I only read all of some of the poems. There has to be something in the first line or stanza to keep me going. A baffling number of poems open with passive voice or with a tired, tired metaphor, or they blow the load in the first line. A lot of poems exit the gate with heavy handedness and some of them read like a person put line breaks into a news story.

In my system, I run through the poems quickly the first time. I make three piles: No, Yes, and Maybe. Marked N, Y, and M. The N pile is always the biggest, then the M pile. The Y pile typically has fewer than five poems, and often, not always, the top three prizes come from these.

In my first read, I’m also looking for poems that don’t follow the guidelines. These are easy to identify, and the upper line limit exists for good reasons. First, it’s fair. Second, if the poem will appear in any sort of publication, the organization running the contest knows its formatting limitations. So if the limit is 34 lines and you send 35, I am afraid you get a N, even if I think your poem warrants something better.

Note 4: More than half the poems get less than a full read. You get one chance. Sometimes, poems have great things going for them, but they are riddled with bad grammar and misspellings that are not intentional. This has been written many times before, but first drafts are almost never good drafts. And a proofread first draft is still a first draft. And poetry contests (and all writing contests) are competitive. You must send your best, most polished work. Even if you are sick of it. Especially if you are sick of it because that means you know it like your own soul and it’s probably as good as you can make it.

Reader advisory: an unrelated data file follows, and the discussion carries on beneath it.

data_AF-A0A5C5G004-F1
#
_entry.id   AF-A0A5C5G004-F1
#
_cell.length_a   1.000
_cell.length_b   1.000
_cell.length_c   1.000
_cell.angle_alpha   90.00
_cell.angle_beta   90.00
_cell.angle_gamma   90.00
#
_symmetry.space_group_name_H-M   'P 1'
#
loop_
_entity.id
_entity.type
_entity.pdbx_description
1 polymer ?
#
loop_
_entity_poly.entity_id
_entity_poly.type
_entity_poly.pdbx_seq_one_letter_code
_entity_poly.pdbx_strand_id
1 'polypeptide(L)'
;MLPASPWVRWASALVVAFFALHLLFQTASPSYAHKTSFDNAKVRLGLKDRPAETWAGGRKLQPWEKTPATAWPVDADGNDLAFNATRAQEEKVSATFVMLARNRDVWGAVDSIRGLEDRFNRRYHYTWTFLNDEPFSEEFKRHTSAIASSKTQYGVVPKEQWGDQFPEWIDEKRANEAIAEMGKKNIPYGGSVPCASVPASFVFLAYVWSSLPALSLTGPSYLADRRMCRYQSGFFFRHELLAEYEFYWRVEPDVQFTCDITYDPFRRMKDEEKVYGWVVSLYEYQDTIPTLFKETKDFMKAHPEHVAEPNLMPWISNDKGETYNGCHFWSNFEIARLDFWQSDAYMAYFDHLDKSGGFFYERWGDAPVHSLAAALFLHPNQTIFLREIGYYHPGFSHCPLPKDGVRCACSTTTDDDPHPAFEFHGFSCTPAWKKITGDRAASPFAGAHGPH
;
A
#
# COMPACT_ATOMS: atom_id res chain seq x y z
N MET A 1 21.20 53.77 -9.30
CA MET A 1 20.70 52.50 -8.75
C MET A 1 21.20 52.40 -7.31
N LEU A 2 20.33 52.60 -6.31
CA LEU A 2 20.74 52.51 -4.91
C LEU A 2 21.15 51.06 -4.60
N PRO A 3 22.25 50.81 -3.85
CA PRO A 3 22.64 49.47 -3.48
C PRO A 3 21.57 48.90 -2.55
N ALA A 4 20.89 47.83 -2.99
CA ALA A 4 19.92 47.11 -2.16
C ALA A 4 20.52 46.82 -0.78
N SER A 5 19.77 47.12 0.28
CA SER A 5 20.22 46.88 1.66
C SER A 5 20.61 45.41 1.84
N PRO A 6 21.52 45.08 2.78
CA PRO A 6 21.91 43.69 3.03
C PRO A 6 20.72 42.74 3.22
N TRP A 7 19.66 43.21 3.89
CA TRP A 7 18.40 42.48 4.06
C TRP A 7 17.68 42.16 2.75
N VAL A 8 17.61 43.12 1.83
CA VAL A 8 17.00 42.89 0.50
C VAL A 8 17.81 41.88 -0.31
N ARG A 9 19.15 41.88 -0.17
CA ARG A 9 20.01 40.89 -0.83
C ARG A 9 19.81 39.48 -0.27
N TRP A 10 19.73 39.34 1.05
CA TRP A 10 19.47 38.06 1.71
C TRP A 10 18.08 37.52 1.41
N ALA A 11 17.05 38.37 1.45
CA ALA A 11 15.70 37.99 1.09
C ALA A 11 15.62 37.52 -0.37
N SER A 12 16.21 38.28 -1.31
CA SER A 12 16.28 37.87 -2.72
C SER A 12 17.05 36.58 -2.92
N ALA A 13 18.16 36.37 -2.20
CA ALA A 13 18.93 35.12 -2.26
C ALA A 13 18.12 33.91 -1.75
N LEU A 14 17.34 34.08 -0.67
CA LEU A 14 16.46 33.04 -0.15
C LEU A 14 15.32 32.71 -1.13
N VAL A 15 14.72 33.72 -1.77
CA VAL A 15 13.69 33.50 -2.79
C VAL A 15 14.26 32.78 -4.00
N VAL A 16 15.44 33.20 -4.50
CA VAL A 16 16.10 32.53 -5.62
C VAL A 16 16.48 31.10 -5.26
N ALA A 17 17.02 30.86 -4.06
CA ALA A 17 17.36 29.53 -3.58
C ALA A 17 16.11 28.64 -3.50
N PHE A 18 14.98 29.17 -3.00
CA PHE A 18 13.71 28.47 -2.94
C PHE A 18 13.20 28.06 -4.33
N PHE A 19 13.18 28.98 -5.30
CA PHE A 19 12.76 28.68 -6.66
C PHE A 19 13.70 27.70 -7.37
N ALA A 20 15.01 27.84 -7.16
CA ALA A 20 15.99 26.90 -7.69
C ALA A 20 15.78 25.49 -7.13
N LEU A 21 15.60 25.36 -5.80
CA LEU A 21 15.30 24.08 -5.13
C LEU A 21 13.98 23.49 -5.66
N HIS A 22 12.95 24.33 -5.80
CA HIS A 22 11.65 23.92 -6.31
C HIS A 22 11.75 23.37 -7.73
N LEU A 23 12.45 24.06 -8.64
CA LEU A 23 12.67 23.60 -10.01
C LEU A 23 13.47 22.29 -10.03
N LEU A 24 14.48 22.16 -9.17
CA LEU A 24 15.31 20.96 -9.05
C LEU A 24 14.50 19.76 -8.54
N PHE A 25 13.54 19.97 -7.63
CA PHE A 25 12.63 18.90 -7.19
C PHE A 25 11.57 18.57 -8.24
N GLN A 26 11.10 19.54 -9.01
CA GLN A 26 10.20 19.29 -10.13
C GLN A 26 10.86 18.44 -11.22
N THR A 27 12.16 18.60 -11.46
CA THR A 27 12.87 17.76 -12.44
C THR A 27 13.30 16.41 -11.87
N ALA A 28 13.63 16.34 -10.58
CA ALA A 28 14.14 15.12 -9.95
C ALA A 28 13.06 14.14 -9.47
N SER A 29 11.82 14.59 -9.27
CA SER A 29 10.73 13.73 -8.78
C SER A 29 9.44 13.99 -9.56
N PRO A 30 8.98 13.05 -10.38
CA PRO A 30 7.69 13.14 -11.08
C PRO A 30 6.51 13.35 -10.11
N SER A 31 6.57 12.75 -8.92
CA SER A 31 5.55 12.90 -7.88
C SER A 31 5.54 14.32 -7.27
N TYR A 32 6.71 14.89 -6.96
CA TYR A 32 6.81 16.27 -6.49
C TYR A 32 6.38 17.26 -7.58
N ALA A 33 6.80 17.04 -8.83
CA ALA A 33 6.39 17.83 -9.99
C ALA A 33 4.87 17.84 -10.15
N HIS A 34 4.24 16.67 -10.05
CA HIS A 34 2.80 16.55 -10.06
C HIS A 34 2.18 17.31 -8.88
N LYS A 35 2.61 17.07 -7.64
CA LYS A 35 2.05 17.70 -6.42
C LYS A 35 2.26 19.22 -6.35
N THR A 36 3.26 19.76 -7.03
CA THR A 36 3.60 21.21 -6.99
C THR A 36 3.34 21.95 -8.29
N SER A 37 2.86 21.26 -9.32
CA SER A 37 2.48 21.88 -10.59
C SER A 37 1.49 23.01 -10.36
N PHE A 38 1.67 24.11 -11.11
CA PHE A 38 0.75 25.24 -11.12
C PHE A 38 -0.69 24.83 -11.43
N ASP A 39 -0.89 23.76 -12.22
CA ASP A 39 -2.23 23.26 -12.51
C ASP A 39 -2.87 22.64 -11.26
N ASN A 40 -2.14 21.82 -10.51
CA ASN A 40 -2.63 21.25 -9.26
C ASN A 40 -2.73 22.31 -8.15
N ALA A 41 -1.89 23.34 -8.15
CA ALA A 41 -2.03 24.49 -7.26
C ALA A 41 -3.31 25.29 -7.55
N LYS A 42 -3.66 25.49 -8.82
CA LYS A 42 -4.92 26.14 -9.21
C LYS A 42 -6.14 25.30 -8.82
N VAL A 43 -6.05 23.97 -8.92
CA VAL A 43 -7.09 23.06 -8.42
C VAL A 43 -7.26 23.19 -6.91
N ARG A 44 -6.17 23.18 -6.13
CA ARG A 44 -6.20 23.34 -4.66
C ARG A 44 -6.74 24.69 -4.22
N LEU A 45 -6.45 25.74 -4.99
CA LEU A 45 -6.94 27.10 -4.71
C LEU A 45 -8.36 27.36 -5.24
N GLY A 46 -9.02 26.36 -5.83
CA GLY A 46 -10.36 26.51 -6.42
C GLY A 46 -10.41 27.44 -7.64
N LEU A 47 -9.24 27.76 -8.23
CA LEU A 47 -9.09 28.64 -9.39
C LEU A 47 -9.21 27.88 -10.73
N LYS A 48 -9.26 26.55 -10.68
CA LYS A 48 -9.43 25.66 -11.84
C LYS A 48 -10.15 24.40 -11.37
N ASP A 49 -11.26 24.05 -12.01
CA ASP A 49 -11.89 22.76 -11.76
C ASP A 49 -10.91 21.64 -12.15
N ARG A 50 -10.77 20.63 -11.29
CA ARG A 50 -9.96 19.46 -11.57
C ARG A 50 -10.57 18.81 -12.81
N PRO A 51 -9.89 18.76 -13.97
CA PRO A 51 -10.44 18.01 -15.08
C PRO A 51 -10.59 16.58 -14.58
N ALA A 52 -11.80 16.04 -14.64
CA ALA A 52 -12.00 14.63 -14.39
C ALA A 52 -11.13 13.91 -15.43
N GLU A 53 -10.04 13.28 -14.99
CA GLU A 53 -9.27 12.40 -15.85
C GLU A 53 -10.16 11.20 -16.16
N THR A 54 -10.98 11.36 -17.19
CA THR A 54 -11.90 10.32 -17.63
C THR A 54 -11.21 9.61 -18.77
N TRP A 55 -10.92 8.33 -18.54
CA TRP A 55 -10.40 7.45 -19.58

Friends who’ve judged writing contests, what is your method? If you select writing for a literary magazine, do you do it differently?

Poets, how closely do you look at the contest guidelines? Is it helpful to know that sometimes even good poems can’t win?

How Plath’s Neatly Laid Plan For My Love Life Went Wrong

From Anosmia on Flickr.com, used under CC Attribution License

Spinster

Now this particular girl
During a ceremonious april walk
With her latest suitor
Found herself, of a sudden, intolerably struck
By the birds’ irregular babel
And the leaves’ litter.

By this tumult afflicted, she
Observed her lover’s gestures unbalance the air,
His gait stray uneven
Through a rank wilderness of fern and flower;
She judged petals in disarray,
The whole season, sloven.

How she longed for winter then! —
Scrupulously austere in its order
Of white and black
Ice and rock; each sentiment within border,
And heart’s frosty discipline
Exact as a snowflake.

But here — a burgeoning
Unruly enough to pitch her five queenly wits
Into vulgar motley —
A treason not to be borne; let idiots
Reel giddy in bedlam spring:
She withdrew neatly.

And round her house she set
Such a barricade of barb and check
Against mutinous weather
As no mere insurgent man could hope to break
With curse, fist, threat
Or love, either.

by Sylvia Plath